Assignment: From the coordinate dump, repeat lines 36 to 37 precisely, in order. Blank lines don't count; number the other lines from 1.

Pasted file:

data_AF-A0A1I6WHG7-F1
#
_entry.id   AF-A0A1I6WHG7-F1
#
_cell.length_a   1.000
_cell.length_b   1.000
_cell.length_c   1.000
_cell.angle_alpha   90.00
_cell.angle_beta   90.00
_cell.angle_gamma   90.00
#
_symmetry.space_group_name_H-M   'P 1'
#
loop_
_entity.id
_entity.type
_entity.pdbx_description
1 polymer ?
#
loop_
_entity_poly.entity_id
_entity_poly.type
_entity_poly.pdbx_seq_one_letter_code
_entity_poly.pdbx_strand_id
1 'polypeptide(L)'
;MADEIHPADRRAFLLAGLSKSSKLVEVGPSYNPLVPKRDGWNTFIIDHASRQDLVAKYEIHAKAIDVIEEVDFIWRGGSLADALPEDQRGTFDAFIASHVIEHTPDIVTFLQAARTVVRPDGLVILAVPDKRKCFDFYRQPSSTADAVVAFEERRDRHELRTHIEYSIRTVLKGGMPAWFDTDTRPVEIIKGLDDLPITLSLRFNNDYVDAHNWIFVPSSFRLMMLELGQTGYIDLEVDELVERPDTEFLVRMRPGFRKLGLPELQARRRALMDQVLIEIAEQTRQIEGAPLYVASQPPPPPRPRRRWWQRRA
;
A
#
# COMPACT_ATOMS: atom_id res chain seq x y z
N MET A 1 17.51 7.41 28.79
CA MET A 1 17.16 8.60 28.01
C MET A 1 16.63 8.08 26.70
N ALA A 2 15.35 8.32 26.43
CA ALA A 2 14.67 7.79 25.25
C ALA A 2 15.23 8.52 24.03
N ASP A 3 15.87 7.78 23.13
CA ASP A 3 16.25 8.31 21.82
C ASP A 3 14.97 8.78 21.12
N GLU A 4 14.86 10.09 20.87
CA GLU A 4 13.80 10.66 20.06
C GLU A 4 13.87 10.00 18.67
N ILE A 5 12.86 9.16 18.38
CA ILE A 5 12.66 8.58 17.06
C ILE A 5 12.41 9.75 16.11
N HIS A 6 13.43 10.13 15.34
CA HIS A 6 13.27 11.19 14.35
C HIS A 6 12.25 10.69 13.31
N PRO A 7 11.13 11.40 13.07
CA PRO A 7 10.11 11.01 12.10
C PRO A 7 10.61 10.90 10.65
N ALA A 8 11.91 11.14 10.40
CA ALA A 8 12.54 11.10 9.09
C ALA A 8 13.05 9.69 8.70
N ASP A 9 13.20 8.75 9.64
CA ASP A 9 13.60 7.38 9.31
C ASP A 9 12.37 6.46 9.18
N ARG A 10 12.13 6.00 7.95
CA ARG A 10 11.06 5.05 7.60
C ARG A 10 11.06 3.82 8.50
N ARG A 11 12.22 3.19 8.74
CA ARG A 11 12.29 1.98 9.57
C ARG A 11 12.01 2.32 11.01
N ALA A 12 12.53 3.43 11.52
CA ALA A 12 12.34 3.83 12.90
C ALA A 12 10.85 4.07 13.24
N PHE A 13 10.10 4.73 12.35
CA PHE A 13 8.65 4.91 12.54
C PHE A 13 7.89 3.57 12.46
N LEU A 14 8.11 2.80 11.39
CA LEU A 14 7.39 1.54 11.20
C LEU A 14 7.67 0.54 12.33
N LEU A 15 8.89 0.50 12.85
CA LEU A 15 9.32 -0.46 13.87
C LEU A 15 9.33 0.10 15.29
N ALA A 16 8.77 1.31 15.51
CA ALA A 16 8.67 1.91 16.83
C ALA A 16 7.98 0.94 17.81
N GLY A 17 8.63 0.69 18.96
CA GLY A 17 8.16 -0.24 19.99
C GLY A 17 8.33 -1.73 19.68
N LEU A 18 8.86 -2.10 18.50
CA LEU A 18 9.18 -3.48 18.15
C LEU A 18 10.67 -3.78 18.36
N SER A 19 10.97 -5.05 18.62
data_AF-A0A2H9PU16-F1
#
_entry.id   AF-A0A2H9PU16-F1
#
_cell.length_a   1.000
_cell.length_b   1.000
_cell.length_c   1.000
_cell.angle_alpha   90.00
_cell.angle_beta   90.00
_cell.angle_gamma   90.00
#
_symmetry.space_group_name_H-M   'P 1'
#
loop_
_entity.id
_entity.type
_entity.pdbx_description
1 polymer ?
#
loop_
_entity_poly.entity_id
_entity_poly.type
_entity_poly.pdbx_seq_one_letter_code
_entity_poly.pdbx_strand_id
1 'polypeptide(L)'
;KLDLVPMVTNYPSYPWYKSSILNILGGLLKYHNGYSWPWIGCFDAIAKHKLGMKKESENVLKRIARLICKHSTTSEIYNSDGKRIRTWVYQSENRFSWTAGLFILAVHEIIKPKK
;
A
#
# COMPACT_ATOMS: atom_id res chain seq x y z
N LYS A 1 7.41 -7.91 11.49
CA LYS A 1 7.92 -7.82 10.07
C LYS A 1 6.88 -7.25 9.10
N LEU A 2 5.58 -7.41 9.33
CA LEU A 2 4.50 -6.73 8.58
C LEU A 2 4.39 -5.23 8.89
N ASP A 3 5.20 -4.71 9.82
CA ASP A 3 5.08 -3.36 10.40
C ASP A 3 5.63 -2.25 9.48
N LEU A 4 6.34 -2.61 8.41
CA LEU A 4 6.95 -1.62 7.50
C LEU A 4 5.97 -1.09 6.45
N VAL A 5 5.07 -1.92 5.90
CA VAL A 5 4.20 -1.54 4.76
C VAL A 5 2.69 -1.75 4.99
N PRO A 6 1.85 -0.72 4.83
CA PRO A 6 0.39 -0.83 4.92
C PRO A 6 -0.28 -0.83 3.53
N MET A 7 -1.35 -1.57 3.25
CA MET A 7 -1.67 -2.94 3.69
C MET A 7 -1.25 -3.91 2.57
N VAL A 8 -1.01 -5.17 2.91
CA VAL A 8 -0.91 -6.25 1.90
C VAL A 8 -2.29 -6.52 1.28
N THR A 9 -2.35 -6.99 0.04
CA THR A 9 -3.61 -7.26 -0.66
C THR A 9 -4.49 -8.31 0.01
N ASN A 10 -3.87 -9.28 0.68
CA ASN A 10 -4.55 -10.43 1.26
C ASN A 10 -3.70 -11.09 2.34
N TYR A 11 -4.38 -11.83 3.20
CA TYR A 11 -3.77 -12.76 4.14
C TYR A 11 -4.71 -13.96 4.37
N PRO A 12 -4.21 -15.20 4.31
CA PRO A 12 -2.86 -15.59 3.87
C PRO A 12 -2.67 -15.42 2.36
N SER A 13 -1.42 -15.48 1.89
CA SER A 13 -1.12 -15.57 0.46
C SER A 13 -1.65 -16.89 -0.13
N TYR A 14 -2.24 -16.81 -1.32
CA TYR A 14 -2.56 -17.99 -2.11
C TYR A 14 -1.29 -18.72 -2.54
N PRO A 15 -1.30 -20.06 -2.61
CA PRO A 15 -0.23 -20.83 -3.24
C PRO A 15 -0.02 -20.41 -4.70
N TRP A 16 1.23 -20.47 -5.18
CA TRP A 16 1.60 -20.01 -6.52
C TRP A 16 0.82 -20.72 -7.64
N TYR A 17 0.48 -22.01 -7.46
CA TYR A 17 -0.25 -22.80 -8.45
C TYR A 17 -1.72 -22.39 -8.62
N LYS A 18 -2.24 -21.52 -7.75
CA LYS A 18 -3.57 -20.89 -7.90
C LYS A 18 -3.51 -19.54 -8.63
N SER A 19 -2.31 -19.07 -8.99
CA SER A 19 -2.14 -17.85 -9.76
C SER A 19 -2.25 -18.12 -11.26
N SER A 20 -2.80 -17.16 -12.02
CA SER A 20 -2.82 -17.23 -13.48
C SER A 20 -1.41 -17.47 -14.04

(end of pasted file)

C ALA A 2 15.23 8.52 24.03
N ASP A 3 15.87 7.78 23.13